To meet the statutory requirement for an offer or proof the proffered evidence must be available at trial either in the form of an identified and disclosed document or a witness. An objection to an offer of proof may be made where a document has not been produced or a witness not identified. Further, to simply state that "other witnesses" will testify as to "x" does not meet the specificity required, namely: "Mr. W will testify that...".

Again an offer of proof may be defective if it fails to set forth sufficient information to enable counsel and the judicial officer to determine if the evidence is admissible. If it is defective you need to point out the error to the court. The test is whether the evidence is specific enough that opposing counsel could object to the substance of the proffered evidence.

In a practical sense, if the court, when considering some action in a case, may ask counsel to make an "offer of proof". Consider the court may be asking; "Where are you going?" or "Why should I take the time to do this or that?" In this context, statutory specificity may not be required.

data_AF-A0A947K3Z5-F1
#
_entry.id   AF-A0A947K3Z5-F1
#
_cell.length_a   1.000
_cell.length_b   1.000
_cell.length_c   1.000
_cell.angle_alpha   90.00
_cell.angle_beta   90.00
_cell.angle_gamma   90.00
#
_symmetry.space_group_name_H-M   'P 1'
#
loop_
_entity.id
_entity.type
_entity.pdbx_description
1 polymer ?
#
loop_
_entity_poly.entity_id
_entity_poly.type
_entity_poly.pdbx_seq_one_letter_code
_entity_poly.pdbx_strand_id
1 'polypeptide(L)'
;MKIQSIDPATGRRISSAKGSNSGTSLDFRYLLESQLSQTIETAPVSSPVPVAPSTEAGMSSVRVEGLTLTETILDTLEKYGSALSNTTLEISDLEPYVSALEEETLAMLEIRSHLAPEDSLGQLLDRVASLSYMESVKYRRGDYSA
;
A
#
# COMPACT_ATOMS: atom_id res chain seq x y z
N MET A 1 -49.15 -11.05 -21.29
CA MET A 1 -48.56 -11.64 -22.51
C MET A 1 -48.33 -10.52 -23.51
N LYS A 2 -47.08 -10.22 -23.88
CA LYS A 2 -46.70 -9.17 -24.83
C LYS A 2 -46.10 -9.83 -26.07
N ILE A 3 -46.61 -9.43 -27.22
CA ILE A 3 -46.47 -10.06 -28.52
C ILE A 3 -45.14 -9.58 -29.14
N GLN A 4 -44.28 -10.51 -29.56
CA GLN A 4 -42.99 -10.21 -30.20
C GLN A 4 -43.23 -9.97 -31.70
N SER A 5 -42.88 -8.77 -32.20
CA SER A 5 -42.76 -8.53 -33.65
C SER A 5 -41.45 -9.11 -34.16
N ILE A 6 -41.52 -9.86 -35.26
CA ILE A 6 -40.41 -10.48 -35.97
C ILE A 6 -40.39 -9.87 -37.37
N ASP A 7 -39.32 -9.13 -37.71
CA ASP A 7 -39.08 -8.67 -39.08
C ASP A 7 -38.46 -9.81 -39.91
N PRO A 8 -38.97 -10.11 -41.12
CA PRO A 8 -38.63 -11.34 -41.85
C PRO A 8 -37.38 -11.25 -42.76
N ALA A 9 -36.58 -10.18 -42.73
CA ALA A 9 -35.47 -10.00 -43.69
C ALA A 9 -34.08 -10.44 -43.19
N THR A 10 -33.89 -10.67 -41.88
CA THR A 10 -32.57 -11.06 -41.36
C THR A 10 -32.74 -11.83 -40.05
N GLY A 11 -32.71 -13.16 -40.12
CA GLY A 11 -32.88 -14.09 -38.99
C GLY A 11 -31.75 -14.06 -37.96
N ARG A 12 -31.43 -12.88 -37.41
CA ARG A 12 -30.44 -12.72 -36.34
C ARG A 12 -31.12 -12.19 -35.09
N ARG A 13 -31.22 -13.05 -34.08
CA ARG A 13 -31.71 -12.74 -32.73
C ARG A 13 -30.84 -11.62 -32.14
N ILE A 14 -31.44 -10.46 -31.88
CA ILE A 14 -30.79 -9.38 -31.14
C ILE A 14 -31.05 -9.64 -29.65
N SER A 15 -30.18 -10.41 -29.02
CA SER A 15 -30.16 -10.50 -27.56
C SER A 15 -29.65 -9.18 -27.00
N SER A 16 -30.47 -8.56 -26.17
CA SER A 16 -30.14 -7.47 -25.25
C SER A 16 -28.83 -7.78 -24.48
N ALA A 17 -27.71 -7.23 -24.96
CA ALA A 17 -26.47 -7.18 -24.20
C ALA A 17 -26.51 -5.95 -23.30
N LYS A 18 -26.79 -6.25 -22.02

i. Elkins v. Super. Ct. (Elkins) (2007) 41 Cal.4th 1337, 63 Cal.Rptr.3d 483, 163 P.3d 160

ii. Any requests for topics or questions of interest to be explored in subsequent editions may be sent to

iii. Evidence Code §354 - A verdict or finding shall not be set aside, nor shall the judgment or decision based thereon be reversed, by reason of the erroneous exclusion of evidence unless the court which passes upon the effect of the error or errors is of the opinion that the error or errors complained of resulted in a miscarriage of justice and it appears of record that:(a) The substance, purpose, and relevance of the excluded evidence was made known to the court by the question asked, an offer of proof, or by any other means;(b) The rulings of the court made compliance with subdivision (a) futile; or (c) The evidence was sought by questions asked during cross-examination or recross-examination.

iv. See Evidence Code §769 -   In examining a witness concerning a statement or other conduct by him that is inconsistent with any part of his testimony at the hearing, it is not necessary to disclose to him any information concerning the statement or other conduct. See Evidence Code §770 Unless the interests of justice otherwise require, extrinsic evidence of a statement made by a witness that is inconsistent with any part of his testimony at the hearing shall be excluded unless:(a) The witness was so examined while testifying as to give him an opportunity to explain or to deny the statement; or (b) The witness has not been excused from giving further testimony in the action.

v. Evidence Code §§769, 780, 770